Boston, MA - United for a Fair Economy (UFE) has published an open letter to Congress' Joint Select Committee on Deficit Reduction, or the "Super-Committee." The letter was signed by more than 100 members and supporters of UFE's Responsible Wealth project who are business owners, investors and wealthy individuals in the top 5 percent of the U.S. economy. The letter calls for the majority of deficit reduction to be achieved with higher taxes on the wealthy and corporations.

The twelve member Super-Committee has been tasked with negotiating a plan by November 23 that will reduce the federal deficit by $1.2 trillion, in addition to the nearly $1 trillion in cuts made in August.

All of the signers have incomes of more than $200,000 and are willing to pay income tax at a 39.6 percent rate, as outlined in President Obama's proposal to allow the expiration of Bush-era tax cuts for upper-income households. Among the signers are 15 people with incomes in excess of $1 million who support rates of at least 45 percent on themselves. The signers hail from 23 states, including 6 of the 11 states represented by members of the Super-Committee.

Recent polls show that the majority of Americans, including wealthy people, strongly support higher taxes on the wealthy and corporations.

The letter includes two additional key principles:

* At least half of all spending cuts should be made by reducing unnecessary military expenditures.

* None of the spending cuts should adversely impact beneficiaries of key social programs such as Medicare, Medicaid, Social Security, education and other programs relied upon by low- and middle-income families.

If the Super-Committee fails to negotiate a deal by November 23, $1.2 trillion in automatic cuts - half from defense, half from domestic programs (Social Security and Medicare exempted) - will take effect in January 2013. United for a Fair Economy and the signers of this letter believe that no deal is better than a bad deal. Together, they urge Super-Committee members to reject any proposal that does not meet the above principles. Read the letter at

The following individuals are available for comment regarding this letter:

Arul Menezes, Research Manager and Software Architect, Microsoft Research, WA: "As an upper-income taxpayer whose wealth was entirely earned, rather than inherited, I feel my success was in great part due to the egalitarian and meritocratic society I encountered when I came to the U.S. That society has been all but destroyed by the current tax code. Today, much of my income is from capital gains and dividends. I find it grotesque that these should be taxed lower than income from work."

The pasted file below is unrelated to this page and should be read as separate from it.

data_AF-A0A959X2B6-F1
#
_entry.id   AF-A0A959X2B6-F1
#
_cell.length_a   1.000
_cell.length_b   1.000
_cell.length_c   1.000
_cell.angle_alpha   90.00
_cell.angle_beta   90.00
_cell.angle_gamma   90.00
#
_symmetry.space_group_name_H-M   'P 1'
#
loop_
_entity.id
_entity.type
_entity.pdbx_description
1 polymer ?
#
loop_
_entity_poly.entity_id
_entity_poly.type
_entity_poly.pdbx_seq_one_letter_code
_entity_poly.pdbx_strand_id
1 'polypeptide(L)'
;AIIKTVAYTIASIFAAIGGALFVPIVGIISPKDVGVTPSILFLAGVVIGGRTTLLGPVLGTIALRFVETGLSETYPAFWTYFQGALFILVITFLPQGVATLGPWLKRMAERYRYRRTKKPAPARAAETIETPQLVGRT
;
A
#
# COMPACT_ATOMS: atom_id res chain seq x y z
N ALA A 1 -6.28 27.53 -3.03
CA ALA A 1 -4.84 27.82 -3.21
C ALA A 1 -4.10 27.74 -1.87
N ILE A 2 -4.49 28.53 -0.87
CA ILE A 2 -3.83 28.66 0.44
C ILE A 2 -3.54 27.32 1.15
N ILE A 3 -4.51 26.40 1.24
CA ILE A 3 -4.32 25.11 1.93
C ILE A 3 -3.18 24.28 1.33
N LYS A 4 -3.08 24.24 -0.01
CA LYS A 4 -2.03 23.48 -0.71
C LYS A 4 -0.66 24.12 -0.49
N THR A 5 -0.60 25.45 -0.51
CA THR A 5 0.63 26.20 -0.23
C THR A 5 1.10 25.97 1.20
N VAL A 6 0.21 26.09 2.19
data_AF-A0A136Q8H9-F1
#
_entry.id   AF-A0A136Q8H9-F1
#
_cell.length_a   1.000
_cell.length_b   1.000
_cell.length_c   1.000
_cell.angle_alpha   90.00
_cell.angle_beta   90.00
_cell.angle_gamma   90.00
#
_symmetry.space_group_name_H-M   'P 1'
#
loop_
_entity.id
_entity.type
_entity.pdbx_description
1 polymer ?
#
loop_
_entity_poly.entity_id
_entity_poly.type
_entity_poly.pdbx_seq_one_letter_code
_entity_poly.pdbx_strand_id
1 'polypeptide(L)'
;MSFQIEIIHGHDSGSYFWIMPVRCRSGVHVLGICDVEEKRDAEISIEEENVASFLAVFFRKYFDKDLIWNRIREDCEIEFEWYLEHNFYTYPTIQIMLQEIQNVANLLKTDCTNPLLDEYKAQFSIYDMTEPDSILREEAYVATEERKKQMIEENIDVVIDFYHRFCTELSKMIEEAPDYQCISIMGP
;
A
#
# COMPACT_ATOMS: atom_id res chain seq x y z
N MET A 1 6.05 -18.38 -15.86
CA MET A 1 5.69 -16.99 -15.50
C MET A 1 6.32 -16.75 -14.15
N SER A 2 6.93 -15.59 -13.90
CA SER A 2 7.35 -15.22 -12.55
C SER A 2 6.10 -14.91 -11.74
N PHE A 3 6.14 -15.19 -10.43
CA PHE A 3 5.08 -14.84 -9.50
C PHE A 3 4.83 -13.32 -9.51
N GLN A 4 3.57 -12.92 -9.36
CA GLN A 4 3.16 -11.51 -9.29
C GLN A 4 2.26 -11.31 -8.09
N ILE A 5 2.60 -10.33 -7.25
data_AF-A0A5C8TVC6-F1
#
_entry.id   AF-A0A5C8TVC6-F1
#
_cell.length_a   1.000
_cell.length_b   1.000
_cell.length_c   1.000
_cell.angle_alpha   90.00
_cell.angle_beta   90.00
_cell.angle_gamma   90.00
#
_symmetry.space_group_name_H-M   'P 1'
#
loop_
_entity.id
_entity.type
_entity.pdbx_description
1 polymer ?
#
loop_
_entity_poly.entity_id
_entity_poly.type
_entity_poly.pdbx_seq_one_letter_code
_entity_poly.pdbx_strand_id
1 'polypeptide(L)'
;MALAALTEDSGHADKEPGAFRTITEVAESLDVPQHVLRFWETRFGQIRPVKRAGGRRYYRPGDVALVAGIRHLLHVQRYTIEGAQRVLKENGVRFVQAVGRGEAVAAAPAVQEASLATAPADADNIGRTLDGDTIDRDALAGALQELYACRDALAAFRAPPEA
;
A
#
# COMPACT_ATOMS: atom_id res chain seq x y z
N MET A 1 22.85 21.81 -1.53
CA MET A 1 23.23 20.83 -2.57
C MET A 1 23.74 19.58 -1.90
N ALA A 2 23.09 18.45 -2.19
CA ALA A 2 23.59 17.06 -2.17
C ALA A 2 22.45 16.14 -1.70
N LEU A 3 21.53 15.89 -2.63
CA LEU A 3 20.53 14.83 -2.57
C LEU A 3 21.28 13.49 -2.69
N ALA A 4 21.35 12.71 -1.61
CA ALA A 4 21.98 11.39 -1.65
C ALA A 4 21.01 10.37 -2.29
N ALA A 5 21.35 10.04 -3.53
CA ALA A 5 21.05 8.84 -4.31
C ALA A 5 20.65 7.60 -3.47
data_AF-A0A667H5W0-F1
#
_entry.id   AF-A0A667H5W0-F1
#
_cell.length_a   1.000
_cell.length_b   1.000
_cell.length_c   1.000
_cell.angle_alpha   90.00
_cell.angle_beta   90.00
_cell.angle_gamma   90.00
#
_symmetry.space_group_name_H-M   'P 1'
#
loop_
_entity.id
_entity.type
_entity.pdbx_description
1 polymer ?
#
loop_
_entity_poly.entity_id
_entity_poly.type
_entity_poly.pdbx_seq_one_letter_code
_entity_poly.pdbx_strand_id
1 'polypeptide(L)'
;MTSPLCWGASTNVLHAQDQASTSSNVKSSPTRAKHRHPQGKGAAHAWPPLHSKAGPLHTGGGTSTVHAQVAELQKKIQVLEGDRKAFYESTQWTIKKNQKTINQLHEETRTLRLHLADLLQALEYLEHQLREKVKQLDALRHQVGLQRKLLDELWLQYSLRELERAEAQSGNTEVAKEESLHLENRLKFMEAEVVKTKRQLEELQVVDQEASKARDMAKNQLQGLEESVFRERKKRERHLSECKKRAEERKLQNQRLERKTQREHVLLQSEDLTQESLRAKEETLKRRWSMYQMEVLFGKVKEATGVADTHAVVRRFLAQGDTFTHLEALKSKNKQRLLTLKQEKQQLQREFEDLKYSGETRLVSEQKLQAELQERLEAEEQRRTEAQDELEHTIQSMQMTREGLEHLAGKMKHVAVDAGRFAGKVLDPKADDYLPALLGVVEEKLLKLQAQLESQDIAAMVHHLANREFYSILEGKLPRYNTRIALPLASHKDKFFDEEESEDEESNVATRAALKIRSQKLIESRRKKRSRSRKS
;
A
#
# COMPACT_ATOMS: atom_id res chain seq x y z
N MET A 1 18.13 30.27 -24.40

Phillippe Villers, President of Grainpro Inc., Concord, MA: "I am willing to pay more taxes to save the American economy. As an investor, I make decisions based on the opportunity offered, not the tax rates for wealthy Americans. Cutting Medicare, Medicaid and Social Security will not help to revive our struggling economy. I strongly oppose any compromise in the Super-Committee that does not include new revenues from those who can afford them, like myself, for half or more of this deficit reduction plan."

Jim Wellehan, President of Lamey-Wellehan Shoes, Auburn, ME: "I find it terribly frustrating that other large national and international companies pay little to no taxes. To continue with an unfair tax code is to encourage cheating. We should tax incomes of all types at the same rates, be they from capital gains, rent, dividends, interest or work."

Lee Farris, Federal Tax Policy Coordinator, United for a Fair Economy: "Much of the federal deficit is due to the 2001 Bush tax cuts - which largely went to the wealthy - and to two expensive and unpaid-for wars. The automatic cuts, while still very harsh and unfair to low- and middle-income families, would be better than a deal in the Super-Committee that does not meet the principles outlined in our letter."

United for a Fair Economy is a national organization working to close the growing income and wealth divides in the U.S. Responsible Wealth, a project of United for a Fair Economy, is a network of 700 business leaders, high-wealth and upper-income advocates of progressive tax policies and corporate accountability.


Comments welcome.


Posted on November 15, 2011

MUSIC - Chief Keef Changed The Industry.
TV - Vizio's Best Product Is You.
POLITICS - UIC: Soda Taxes Work.
SPORTS - More McCaskey Malpractice.

BOOKS - All About Poop.